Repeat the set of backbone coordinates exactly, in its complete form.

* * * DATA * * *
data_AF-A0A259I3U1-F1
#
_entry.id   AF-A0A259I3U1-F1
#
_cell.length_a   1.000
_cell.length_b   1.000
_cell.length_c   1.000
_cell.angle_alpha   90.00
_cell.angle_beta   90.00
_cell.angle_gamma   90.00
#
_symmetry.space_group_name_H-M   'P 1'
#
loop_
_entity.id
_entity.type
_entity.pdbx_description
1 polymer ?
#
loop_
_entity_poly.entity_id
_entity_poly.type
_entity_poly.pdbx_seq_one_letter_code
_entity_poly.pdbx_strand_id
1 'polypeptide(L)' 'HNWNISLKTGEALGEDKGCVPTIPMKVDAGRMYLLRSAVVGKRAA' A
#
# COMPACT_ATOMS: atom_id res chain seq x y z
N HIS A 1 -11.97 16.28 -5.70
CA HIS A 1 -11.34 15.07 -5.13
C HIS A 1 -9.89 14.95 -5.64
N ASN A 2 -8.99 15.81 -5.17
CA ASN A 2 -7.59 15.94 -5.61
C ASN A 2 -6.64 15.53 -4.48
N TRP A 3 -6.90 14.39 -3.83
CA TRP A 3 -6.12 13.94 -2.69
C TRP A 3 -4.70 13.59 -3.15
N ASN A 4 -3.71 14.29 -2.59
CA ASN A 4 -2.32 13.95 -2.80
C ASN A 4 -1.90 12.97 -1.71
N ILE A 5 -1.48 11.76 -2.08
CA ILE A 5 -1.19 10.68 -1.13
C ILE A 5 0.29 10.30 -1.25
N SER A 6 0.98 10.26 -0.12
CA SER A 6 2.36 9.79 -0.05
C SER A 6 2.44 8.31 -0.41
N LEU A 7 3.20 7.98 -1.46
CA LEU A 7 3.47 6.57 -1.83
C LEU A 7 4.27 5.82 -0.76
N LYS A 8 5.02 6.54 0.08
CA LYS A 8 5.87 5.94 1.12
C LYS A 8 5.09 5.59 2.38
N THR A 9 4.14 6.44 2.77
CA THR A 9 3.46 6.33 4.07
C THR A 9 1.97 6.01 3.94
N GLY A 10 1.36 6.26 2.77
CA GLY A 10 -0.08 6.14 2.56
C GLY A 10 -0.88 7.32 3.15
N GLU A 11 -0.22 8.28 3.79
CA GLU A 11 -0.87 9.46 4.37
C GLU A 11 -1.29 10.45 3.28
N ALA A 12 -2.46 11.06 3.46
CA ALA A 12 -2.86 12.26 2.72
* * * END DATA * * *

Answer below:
data_AF-A0A259I3U1-F1
#
_entry.id   AF-A0A259I3U1-F1
#
_cell.length_a   1.000
_cell.length_b   1.000
_cell.length_c   1.000
_cell.angle_alpha   90.00
_cell.angle_beta   90.00
_cell.angle_gamma   90.00
#
_symmetry.space_group_name_H-M   'P 1'
#
loop_
_entity.id
_entity.type
_entity.pdbx_description
1 polymer ?
#
loop_
_entity_poly.entity_id
_entity_poly.type
_entity_poly.pdbx_seq_one_letter_code
_entity_poly.pdbx_strand_id
1 'polypeptide(L)' 'HNWNISLKTGEALGEDKGCVPTIPMKVDAGRMYLLRSAVVGKRAA' A
#
# COMPACT_ATOMS: atom_id res chain seq x y z
N HIS A 1 -11.97 16.28 -5.70
CA HIS A 1 -11.34 15.07 -5.13
C HIS A 1 -9.89 14.95 -5.64
N ASN A 2 -8.99 15.81 -5.17
CA ASN A 2 -7.59 15.94 -5.61
C ASN A 2 -6.64 15.53 -4.48
N TRP A 3 -6.90 14.39 -3.83
CA TRP A 3 -6.12 13.94 -2.69
C TRP A 3 -4.70 13.59 -3.15
N ASN A 4 -3.71 14.29 -2.59
CA ASN A 4 -2.32 13.95 -2.80
C ASN A 4 -1.90 12.97 -1.71
N ILE A 5 -1.48 11.76 -2.08
CA ILE A 5 -1.19 10.68 -1.13
C ILE A 5 0.29 10.30 -1.25
N SER A 6 0.98 10.26 -0.12
CA SER A 6 2.36 9.79 -0.05
C SER A 6 2.44 8.31 -0.41
N LEU A 7 3.20 7.98 -1.46
CA LEU A 7 3.47 6.57 -1.83
C LEU A 7 4.27 5.82 -0.76
N LYS A 8 5.02 6.54 0.08
CA LYS A 8 5.87 5.94 1.12
C LYS A 8 5.09 5.59 2.38
N THR A 9 4.14 6.44 2.77
CA THR A 9 3.46 6.33 4.07
C THR A 9 1.97 6.01 3.94
N GLY A 10 1.36 6.26 2.77
CA GLY A 10 -0.08 6.14 2.56
C GLY A 10 -0.88 7.32 3.15
N GLU A 11 -0.22 8.28 3.79
CA GLU A 11 -0.87 9.46 4.37
C GLU A 11 -1.29 10.45 3.28
N ALA A 12 -2.46 11.06 3.46
CA ALA A 12 -2.86 12.26 2.72